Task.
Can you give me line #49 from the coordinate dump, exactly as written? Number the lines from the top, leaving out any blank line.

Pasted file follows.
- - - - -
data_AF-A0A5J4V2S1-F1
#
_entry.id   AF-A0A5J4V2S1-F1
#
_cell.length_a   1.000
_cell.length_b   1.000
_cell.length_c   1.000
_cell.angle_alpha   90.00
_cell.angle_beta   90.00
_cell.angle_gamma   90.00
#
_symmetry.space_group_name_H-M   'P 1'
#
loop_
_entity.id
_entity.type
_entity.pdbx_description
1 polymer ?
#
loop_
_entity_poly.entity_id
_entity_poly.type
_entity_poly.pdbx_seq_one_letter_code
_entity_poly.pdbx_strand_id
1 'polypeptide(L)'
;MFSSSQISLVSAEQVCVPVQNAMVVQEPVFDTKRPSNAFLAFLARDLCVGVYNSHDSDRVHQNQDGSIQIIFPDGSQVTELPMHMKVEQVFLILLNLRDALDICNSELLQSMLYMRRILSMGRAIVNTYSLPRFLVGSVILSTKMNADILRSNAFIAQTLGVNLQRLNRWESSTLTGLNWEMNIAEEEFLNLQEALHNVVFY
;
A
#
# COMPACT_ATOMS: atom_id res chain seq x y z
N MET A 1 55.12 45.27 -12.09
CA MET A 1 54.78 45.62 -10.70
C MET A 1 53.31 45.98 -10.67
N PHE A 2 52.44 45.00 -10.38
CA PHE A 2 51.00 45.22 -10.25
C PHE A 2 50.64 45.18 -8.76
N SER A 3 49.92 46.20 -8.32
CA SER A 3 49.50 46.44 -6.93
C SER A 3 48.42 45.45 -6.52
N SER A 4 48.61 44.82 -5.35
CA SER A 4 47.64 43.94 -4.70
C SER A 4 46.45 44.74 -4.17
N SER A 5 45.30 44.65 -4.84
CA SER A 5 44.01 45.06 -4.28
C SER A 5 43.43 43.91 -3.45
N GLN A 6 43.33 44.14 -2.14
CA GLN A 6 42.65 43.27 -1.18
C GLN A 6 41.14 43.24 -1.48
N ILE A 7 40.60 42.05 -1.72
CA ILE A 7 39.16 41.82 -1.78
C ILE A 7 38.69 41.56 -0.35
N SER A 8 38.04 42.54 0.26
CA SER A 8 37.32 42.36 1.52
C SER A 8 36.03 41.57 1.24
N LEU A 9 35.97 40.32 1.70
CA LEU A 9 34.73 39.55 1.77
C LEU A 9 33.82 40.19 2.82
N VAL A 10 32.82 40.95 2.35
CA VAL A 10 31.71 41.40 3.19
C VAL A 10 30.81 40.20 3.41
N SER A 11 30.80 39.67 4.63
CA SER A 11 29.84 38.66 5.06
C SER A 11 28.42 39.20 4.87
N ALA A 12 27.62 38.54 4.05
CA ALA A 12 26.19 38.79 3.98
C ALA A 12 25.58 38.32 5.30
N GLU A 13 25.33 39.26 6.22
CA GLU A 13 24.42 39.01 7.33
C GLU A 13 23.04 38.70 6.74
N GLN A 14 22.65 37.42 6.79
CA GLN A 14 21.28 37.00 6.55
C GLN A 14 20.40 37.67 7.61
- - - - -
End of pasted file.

N ILE A 7 40.60 42.05 -1.72